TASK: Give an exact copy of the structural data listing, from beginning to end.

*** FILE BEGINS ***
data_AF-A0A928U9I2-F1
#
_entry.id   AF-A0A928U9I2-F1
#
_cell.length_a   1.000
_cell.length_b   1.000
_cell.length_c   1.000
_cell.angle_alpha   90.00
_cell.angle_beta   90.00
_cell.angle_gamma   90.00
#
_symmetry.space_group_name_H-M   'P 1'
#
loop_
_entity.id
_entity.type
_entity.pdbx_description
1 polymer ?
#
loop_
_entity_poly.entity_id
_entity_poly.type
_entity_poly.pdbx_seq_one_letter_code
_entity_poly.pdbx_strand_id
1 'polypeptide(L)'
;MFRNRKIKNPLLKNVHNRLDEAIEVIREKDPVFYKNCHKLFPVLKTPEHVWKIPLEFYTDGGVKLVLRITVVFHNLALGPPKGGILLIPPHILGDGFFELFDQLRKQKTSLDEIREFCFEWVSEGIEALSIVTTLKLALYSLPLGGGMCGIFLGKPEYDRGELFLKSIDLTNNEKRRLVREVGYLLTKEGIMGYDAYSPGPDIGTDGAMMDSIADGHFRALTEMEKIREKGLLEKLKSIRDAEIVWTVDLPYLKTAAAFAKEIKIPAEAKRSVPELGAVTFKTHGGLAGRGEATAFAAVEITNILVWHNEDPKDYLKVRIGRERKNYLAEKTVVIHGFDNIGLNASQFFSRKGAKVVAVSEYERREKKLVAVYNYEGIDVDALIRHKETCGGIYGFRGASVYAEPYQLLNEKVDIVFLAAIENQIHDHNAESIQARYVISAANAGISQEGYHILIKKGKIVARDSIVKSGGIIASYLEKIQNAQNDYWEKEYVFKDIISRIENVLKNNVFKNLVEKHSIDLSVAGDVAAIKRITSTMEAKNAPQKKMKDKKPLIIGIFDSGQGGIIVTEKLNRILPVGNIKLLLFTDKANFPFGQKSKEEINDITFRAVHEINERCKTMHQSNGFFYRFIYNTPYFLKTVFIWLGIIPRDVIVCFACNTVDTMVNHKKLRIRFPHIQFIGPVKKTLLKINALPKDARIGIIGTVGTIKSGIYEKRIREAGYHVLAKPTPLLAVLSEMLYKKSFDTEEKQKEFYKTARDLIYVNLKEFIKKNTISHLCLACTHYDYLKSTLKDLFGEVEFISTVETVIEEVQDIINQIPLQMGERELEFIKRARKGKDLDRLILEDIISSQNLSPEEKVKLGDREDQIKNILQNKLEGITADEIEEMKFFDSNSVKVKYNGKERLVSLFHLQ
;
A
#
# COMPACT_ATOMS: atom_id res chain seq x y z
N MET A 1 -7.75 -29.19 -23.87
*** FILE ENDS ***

data_AF-A0A928U9I2-F1
#
_entry.id   AF-A0A928U9I2-F1
#
_cell.length_a   1.000
_cell.length_b   1.000
_cell.length_c   1.000
_cell.angle_alpha   90.00
_cell.angle_beta   90.00
_cell.angle_gamma   90.00
#
_symmetry.space_group_name_H-M   'P 1'
#
loop_
_entity.id
_entity.type
_entity.pdbx_description
1 polymer ?
#
loop_
_entity_poly.entity_id
_entity_poly.type
_entity_poly.pdbx_seq_one_letter_code
_entity_poly.pdbx_strand_id
1 'polypeptide(L)'
;MFRNRKIKNPLLKNVHNRLDEAIEVIREKDPVFYKNCHKLFPVLKTPEHVWKIPLEFYTDGGVKLVLRITVVFHNLALGPPKGGILLIPPHILGDGFFELFDQLRKQKTSLDEIREFCFEWVSEGIEALSIVTTLKLALYSLPLGGGMCGIFLGKPEYDRGELFLKSIDLTNNEKRRLVREVGYLLTKEGIMGYDAYSPGPDIGTDGAMMDSIADGHFRALTEMEKIREKGLLEKLKSIRDAEIVWTVDLPYLKTAAAFAKEIKIPAEAKRSVPELGAVTFKTHGGLAGRGEATAFAAVEITNILVWHNEDPKDYLKVRIGRERKNYLAEKTVVIHGFDNIGLNASQFFSRKGAKVVAVSEYERREKKLVAVYNYEGIDVDALIRHKETCGGIYGFRGASVYAEPYQLLNEKVDIVFLAAIENQIHDHNAESIQARYVISAANAGISQEGYHILIKKGKIVARDSIVKSGGIIASYLEKIQNAQNDYWEKEYVFKDIISRIENVLKNNVFKNLVEKHSIDLSVAGDVAAIKRITSTMEAKNAPQKKMKDKKPLIIGIFDSGQGGIIVTEKLNRILPVGNIKLLLFTDKANFPFGQKSKEEINDITFRAVHEINERCKTMHQSNGFFYRFIYNTPYFLKTVFIWLGIIPRDVIVCFACNTVDTMVNHKKLRIRFPHIQFIGPVKKTLLKINALPKDARIGIIGTVGTIKSGIYEKRIREAGYHVLAKPTPLLAVLSEMLYKKSFDTEEKQKEFYKTARDLIYVNLKEFIKKNTISHLCLACTHYDYLKSTLKDLFGEVEFISTVETVIEEVQDIINQIPLQMGERELEFIKRARKGKDLDRLILEDIISSQNLSPEEKVKLGDREDQIKNILQNKLEGITADEIEEMKFFDSNSVKVKYNGKERLVSLFHLQ
;
A
#
# COMPACT_ATOMS: atom_id res chain seq x y z
N MET A 1 -7.75 -29.19 -23.87